She was a member of the supporting cast, one of those special people who keeps the stars in the sky, yet still gets tagged with a two-word introduction: “His brother, Sam.” Or “his daughter, Janice.”
Or “his wife, Millie.”
It shouldn’t take her death to bring Millie Schembechler, wife of Bo, to the front of the sentence. But so be it. She was never interested in top billing. She was more concerned with how your family was doing, or if the couch was comfortable and the food was OK. She could invite you in with a smile, she could lecture you in motherly tones even though she was not your mother. She could do something few mortals can do: tell her husband he was wrong.
Try that sometime.
She died Wednesday of cancer on a beautiful summer afternoon, the kind of day she would have loved. And while it didn’t stir the headlines of a Rose Bowl win, or a Tigers sale, it did send a ripple of pain through those who knew her.
It sent a ripple through me. If today be the day for telling stories about Millie Schembechler, here is the best one I know: I was working on a book with her famous husband, and the time came for him to read the first-draft chapters. As I watched anxiously, he looked them over, grunting
“umm . . . umm-hmm.” Finally, he nodded approval. Then he lowered his reading glasses, and looked me dead on.
“Of course, we have to see what Millie thinks.”
Thus did Millie Schembechler become my “editor.” And although the book was in Bo’s words, each chapter came back with these suggestions:
On the top left side, in red pencil, she drew a frowning face. In this category went the “naughty” words Bo had used.
Atop the right side, she drew a smiling face. And under it, she wrote her substitutions:
“Damn” became “darn.” “Son of a bitch” became “son of a gun.”
Frowning face to smiley face.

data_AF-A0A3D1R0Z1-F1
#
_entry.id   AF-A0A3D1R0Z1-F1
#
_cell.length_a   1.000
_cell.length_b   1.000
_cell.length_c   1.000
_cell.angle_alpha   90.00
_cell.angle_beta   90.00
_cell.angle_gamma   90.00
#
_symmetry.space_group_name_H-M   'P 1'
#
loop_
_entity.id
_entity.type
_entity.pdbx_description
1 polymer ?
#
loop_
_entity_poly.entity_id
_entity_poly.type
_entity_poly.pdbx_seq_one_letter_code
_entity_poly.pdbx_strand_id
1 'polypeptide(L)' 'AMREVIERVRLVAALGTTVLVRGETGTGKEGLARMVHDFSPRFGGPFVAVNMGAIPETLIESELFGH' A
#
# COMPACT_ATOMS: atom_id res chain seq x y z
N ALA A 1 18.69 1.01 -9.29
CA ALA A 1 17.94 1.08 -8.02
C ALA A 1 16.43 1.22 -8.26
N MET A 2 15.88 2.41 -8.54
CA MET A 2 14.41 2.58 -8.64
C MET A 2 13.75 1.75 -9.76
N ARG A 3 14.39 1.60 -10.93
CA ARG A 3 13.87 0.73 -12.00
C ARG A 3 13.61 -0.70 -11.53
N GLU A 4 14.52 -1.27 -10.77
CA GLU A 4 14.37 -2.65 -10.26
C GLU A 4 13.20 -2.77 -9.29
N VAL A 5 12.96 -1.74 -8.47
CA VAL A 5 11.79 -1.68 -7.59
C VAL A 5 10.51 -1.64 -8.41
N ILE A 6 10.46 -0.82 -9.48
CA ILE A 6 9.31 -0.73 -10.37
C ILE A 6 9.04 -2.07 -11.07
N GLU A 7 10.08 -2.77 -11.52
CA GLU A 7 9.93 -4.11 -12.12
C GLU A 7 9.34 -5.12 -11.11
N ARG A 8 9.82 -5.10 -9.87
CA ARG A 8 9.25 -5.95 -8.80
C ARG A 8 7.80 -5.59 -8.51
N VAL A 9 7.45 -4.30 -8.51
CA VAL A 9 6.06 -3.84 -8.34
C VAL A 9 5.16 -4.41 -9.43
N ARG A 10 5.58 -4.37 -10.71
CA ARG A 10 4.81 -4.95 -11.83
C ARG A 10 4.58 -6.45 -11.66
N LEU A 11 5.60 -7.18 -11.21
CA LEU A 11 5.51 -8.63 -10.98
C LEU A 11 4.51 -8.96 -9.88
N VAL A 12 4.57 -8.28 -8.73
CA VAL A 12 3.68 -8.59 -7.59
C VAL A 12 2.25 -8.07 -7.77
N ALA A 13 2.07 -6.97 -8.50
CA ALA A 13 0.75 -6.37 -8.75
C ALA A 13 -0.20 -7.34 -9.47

I was being edited by cartoon. Smiley faces . . . making things better
And yet, if you knew Millie, you had to laugh, because if she could have slapped a happy face over every sad one in the world, she would have done it. Cover asphalt with daffodils. Fill silence with music. Make things better.
People who have seen both sides can do that. Millie saw both sides. She was born poor, in rural Mississippi, part of a large family that, according to a family friend, “lived in a run-down place with a dirt floor.” Millie never forgot that. She never looked down at people. Once, working as a nurse in Buffalo in the early ’60s, a black man entered the hospital, needing emergency treatment. He was ignored because of his color. Millie informed the doctors. She, too, was ignored.
So she walked out and tended to the man herself. It was the right thing to do.
That was her way. Those of you who knew her only as the first lady of Michigan football for 20 years really didn’t know her. Millie was a healer, an organizer, a charity addict, and, above all, a mother. She had been raising three sons on her own before Bo arrived on a blind date in the summer of 1968. Before she would marry him, she asked their OK.
Even in her last sickly days, she retained that indomitable knack of motherhood. A friend, hoping to cheer her up, sent videotapes of happier times, when Millie was healthy, attending functions with famous people, beaming that perfect smile.
Not long after, the friend received a note. The handwriting was scratchy:
“Thank you for the videos. They will be precious mementos for the kids should this ugly cancer do me in.” Never was top billing so deserved
It did her in, finally. No one will ever know the long battle Millie, 63, fought with this disease, or the hours her husband spent urging her back to health, searching for doctors, fighting the inevitable the way he once fought a fourth-quarter clock.
Bo would leave Tiger Stadium early, go home and tend to his wife, week after week, month after month. When she seemed to have the strength, he would cajole her downstairs, and get her on the stationary bicycle.
“I got her to go five minutes today,” he told me once. “Tomorrow, we start with the weights.”
It broke your heart. Here was this ex-football coach, trying to keep his wife alive by doing the one thing he knew best: work out, get in shape, get stronger than your opponent.
But cancer is not sports; when it wants you, it takes you. And so, a few weeks ago, on the day he was fired from the Tigers, Bo passed his 24th wedding anniversary alone with his ailing wife. They had take-out food.
And today, no one can feel the emptiness inside the Schembechler house. No one can hurt the way her four sons, Chip, Geoff, Matt and Shemy, are hurting. No one can console the old coach.
The Academy Awards have something called Best Supporting Actress, and if life gave out such statuettes, Millie would have a few. But to those who knew her, she deserved marquee billing. So, in the last mention, maybe we should skip the two- word intro and move her to the front of the sentence:
Millie Schembechler, whose husband and children loved her dearly, said good-bye yesterday, leaving us in the sunshine, a happy face over the clouds, one last edit on the way to heaven. She will be missed. She will be missed.